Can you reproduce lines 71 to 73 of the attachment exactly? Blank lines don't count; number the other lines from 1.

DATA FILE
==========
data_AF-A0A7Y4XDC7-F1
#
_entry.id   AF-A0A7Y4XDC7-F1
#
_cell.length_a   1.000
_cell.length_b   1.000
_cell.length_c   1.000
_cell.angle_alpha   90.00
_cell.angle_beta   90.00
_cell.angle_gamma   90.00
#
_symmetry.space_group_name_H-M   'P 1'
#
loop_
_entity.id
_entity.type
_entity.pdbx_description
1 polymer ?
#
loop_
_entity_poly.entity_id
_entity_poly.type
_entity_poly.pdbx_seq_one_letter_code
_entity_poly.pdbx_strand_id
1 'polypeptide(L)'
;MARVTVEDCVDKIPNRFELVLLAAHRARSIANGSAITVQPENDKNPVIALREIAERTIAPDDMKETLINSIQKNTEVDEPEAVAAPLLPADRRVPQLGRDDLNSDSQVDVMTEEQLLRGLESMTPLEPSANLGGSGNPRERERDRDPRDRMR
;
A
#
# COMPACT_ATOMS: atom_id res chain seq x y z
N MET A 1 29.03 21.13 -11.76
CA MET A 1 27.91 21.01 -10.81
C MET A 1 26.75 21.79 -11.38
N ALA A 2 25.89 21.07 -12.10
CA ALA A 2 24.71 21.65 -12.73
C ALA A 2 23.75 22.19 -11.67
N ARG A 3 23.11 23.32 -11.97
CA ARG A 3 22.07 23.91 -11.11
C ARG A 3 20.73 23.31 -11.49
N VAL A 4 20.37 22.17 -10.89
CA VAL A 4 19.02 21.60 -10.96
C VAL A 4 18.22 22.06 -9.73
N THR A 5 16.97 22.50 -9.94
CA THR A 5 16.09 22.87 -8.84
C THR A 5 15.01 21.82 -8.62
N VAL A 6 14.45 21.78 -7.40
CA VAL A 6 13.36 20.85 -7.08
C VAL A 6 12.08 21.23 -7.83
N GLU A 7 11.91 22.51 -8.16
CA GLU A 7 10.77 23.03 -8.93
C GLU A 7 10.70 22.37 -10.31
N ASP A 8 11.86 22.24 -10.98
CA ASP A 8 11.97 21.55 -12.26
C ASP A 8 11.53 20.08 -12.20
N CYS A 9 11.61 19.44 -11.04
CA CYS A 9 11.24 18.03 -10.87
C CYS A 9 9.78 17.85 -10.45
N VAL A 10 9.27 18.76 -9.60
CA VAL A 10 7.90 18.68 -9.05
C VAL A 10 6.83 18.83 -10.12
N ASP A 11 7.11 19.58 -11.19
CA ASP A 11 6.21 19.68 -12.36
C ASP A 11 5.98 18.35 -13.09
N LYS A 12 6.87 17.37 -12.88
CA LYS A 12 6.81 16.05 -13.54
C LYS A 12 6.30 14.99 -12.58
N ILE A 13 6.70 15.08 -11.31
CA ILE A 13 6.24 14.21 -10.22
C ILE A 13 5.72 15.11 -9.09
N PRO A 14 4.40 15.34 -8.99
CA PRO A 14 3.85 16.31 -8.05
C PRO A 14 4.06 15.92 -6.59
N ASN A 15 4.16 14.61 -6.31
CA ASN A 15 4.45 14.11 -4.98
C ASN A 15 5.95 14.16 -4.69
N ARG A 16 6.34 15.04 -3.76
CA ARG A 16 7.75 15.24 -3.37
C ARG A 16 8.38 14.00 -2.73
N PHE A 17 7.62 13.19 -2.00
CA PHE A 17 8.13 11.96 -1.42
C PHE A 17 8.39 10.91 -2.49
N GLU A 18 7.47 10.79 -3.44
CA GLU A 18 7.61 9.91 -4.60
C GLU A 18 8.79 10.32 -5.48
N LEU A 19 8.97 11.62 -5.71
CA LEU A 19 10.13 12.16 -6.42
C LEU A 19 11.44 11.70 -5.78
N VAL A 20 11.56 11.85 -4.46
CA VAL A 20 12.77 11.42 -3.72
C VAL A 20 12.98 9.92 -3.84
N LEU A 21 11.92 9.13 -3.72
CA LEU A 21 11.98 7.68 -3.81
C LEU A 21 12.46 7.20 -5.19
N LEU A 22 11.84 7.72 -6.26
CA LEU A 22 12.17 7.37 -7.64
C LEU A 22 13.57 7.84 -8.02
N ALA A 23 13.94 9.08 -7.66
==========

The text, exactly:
CA PRO A 14 3.85 16.31 -8.05
C PRO A 14 4.06 15.92 -6.59
N ASN A 15 4.16 14.61 -6.31